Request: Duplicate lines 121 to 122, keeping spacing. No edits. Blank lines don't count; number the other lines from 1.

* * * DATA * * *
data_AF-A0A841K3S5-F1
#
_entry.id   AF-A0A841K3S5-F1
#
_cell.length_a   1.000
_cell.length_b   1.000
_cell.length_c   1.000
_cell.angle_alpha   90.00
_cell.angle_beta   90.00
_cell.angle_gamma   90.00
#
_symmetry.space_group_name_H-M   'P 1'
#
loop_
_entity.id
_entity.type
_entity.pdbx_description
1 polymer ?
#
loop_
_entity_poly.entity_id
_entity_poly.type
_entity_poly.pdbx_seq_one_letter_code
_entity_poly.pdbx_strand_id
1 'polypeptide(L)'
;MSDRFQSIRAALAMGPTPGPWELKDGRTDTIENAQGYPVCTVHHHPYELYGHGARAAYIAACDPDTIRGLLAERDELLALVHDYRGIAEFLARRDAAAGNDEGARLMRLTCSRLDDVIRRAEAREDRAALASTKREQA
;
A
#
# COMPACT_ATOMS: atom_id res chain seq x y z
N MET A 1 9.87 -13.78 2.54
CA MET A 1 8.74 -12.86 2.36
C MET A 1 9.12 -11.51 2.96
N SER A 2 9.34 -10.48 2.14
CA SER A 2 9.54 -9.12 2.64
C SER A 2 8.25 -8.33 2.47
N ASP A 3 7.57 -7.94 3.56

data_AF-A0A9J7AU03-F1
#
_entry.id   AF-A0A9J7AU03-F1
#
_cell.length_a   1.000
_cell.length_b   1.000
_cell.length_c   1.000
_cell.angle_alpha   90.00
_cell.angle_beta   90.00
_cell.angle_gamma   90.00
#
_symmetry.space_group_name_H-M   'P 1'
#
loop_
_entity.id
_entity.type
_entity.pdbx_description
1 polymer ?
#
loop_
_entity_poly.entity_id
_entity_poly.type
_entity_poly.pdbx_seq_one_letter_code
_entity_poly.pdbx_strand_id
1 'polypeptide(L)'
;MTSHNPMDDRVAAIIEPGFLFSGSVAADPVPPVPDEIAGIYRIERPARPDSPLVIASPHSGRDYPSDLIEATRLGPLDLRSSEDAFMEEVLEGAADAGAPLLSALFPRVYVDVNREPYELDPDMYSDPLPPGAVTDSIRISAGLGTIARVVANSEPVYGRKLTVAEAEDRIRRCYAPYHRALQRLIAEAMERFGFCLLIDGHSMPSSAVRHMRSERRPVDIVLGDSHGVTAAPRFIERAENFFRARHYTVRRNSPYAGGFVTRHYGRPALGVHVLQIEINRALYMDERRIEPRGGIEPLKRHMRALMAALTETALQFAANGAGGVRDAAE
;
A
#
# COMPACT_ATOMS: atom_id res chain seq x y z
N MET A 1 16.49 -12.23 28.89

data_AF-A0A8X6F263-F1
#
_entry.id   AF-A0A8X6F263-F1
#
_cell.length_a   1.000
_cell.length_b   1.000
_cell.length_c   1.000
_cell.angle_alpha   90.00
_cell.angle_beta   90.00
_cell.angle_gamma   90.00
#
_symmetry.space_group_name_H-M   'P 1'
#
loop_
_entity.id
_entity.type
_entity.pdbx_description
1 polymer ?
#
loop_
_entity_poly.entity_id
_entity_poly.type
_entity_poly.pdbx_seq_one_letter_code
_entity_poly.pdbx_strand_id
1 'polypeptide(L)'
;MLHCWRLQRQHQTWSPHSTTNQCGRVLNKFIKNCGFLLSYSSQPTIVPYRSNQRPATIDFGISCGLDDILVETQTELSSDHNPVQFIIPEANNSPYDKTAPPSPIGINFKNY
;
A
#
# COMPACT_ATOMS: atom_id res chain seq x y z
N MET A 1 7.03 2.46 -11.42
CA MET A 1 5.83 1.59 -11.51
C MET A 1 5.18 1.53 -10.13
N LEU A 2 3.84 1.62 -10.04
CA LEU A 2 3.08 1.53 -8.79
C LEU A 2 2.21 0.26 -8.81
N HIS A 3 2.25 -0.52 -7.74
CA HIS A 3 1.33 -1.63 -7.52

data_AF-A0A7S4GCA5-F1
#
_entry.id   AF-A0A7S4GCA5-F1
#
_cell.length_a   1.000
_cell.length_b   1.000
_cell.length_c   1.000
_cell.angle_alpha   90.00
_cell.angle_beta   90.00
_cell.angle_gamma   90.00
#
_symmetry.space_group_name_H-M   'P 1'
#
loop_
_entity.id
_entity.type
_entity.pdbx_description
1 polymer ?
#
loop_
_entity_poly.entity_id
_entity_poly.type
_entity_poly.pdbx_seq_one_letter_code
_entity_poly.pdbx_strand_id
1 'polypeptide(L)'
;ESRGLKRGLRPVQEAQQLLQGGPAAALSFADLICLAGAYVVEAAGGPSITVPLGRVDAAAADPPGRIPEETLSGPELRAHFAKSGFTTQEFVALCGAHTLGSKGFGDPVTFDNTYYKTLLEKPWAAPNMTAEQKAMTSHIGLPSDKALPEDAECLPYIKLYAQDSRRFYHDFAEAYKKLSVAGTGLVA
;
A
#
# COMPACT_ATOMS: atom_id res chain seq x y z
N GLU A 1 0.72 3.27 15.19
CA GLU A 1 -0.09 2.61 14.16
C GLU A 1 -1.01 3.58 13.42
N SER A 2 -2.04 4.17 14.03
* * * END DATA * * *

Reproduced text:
_entity.id
_entity.type